E-commerce VAT rules in the GCC: a missed opportunity at perfect harmonization with the EU?

20201130 by Nils Vanhassel, Thomas Vanhee

Few events in the last decade have contributed as much to the growth of the digital economy as Covid-19. The pandemic forced entire populations to go into lockdown, working from home became the norm and outdoor activities were limited to a bare minimum out of fear of infection. All these factors have contributed to a change in consumer behavior as a result of an increase in screen time, which has in turn significantly increased our exposure to digital advertisements. To no one’s surprise, electronic platforms and digital marketplaces have reported an enormous surge in online engagement due to people massively ordering goods and services via the internet. At a time where large numbers of brick-and-mortar stores are experiencing a serious economic slowdown, the e-commerce sector in the GCC is set to reach a value of over $24 billion by the end of 2020, a figure which is $3 billion higher than the projected value of $21 billion (of which more than $2 billion is reportedly due to Covid-19)[1]. It is against the background of a thriving e-commerce sector that we will have a closer look at the applicable VAT rules for electronic services in the GCC [2]. This article does not consider supplies of goods, which are subject to an even more complicated regime in the GCC.

VAT status in the GCC

In 2016, all six GCC countries signed a multilateral treaty titled the 'Common VAT Agreement of the States of the Gulf Cooperation Council' (GCC VAT Agreement), in which all Member States agreed to implement VAT in their respective jurisdictions. 

Although initially all six GCC countries were expected to implement VAT over the course of 2018 and 2019, only the Kingdom of Saudi Arabia (KSA) and the United Arab Emirates (UAE) did so on 1 January 2018, followed one year later by Bahrain on 1 January 2019. Oman is expected to introduce VAT in April 2021, thereby becoming the fourth GCC country to implement VAT.

The GCC VAT Agreement forms the basis of the legal VAT framework in the GCC. Conceptually, the GCC VAT system is heavily inspired by the EU VAT system. Nevertheless, it would be unfair to state that the GCC VAT system is a mere reproduction of the EU VAT directive. For better or for worse, for each similarity there are also a significant amount of differences between these two VAT systems. It is not always clear whether these differences are the result of conscious policy decisions or whether they are simply inevitable byproducts of performing a legal transplant with GCC legislators looking at the same concepts through different eyes.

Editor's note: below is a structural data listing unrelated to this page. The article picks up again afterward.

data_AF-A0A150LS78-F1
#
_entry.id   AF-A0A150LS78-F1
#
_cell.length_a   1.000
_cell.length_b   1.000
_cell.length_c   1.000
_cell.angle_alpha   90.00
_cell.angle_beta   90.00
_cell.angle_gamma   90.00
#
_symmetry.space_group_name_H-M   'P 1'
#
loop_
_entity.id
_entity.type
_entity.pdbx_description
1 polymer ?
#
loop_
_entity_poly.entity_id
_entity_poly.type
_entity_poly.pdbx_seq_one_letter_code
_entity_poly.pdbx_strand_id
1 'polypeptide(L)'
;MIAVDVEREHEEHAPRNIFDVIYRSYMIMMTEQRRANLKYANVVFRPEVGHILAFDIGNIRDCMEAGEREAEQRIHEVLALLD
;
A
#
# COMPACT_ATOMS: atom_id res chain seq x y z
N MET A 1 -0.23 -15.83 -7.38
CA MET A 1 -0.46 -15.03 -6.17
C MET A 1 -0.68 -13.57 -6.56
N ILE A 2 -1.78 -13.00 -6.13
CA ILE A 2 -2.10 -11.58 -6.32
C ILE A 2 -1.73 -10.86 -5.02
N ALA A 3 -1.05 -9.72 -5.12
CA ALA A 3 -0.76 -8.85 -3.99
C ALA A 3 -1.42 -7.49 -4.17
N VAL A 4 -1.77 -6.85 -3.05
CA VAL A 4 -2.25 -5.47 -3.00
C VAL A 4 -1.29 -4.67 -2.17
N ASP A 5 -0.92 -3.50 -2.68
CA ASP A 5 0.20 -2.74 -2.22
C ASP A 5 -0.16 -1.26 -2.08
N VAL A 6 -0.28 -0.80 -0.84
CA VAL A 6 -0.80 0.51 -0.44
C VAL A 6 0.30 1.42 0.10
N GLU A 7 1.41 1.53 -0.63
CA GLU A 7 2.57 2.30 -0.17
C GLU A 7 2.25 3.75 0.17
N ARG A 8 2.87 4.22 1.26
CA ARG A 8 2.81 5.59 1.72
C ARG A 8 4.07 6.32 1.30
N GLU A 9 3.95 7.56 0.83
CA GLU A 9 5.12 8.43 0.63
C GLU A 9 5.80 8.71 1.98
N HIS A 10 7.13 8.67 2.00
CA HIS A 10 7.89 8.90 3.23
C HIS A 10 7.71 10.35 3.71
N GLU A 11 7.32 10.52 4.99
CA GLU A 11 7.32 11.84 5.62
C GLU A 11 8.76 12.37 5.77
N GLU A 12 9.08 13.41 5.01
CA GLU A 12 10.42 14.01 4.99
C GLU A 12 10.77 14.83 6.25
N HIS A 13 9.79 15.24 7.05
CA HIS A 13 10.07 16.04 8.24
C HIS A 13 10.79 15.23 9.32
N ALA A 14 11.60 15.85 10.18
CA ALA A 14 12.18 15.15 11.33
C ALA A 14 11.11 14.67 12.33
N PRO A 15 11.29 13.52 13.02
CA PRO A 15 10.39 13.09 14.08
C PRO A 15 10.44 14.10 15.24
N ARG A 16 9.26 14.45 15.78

In this article, we will compare the e-commerce VAT rules for services in the GCC and highlight some remarkable similarities and differences. Where relevant, we will draw parallels with the applicable VAT rules in the EU.

Definition of electronic services

In the EU, ‘electronically supplied services’ are defined as services which are (1) delivered over the Internet or an electronic network, (2) are essentially automated, (3) involve minimal human intervention, and (4) are impossible to ensure in the absence of information technology [3]. In addition, the EU VAT Implementing Regulation contains an indicative list of services which are considered to qualify as electronic services [4]. The EU has very extensive guidance, which multiple jurisdictions have adopted as their own internal guidance.

By contrast, the GCC VAT Agreement does not include a definition of the term 'electronic services'. In this respect, it should be noted that contrary to Bahrain and the UAE, KSA considers the GCC VAT Agreement to be an integral part of its domestic VAT legislation. This approach is a bit different from the position which has been taken by the two former countries. In general terms the difference in the positions adopted by these three countries can be summarized very concisely as follows: where Bahrain and the UAE have effectively transposed the GCC VAT Agreement into their own domestic VAT legislation, KSA has chosen to use its domestic VAT legislation to build further on the GCC VAT Agreement and supplement it where required. Given this background, it is perhaps a bit surprising that KSA has not taken the opportunity to include a broad-based definition of electronic services in its domestic legislation. KSA has instead limited itself to including an indicative list of electronic services, based on the EU list of services [5]. An approach which was also taken by Bahrain [6].